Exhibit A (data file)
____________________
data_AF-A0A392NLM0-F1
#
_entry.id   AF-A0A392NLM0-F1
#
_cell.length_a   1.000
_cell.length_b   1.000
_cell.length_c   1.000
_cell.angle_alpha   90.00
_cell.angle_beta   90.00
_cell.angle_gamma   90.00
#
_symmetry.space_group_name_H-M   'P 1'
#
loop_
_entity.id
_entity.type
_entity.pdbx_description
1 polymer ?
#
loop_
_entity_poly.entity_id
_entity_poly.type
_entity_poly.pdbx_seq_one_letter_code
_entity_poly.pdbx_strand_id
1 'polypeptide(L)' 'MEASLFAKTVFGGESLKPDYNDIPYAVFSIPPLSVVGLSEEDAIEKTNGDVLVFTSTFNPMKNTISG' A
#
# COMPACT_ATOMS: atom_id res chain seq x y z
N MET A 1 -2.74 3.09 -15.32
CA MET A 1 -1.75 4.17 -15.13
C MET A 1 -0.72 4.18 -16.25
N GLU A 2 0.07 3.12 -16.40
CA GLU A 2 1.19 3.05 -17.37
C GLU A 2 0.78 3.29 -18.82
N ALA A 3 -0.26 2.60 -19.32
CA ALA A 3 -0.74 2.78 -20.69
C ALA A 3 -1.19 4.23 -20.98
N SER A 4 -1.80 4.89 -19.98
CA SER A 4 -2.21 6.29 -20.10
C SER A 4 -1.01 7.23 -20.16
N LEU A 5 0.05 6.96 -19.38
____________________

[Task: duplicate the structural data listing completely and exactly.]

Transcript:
data_AF-A0A392NLM0-F1
#
_entry.id   AF-A0A392NLM0-F1
#
_cell.length_a   1.000
_cell.length_b   1.000
_cell.length_c   1.000
_cell.angle_alpha   90.00
_cell.angle_beta   90.00
_cell.angle_gamma   90.00
#
_symmetry.space_group_name_H-M   'P 1'
#
loop_
_entity.id
_entity.type
_entity.pdbx_description
1 polymer ?
#
loop_
_entity_poly.entity_id
_entity_poly.type
_entity_poly.pdbx_seq_one_letter_code
_entity_poly.pdbx_strand_id
1 'polypeptide(L)' 'MEASLFAKTVFGGESLKPDYNDIPYAVFSIPPLSVVGLSEEDAIEKTNGDVLVFTSTFNPMKNTISG' A
#
# COMPACT_ATOMS: atom_id res chain seq x y z
N MET A 1 -2.74 3.09 -15.32
CA MET A 1 -1.75 4.17 -15.13
C MET A 1 -0.72 4.18 -16.25
N GLU A 2 0.07 3.12 -16.40
CA GLU A 2 1.19 3.05 -17.37
C GLU A 2 0.78 3.29 -18.82
N ALA A 3 -0.26 2.60 -19.32
CA ALA A 3 -0.74 2.78 -20.69
C ALA A 3 -1.19 4.23 -20.98
N SER A 4 -1.80 4.89 -19.98
CA SER A 4 -2.21 6.29 -20.10
C SER A 4 -1.01 7.23 -20.16
N LEU A 5 0.05 6.96 -19.38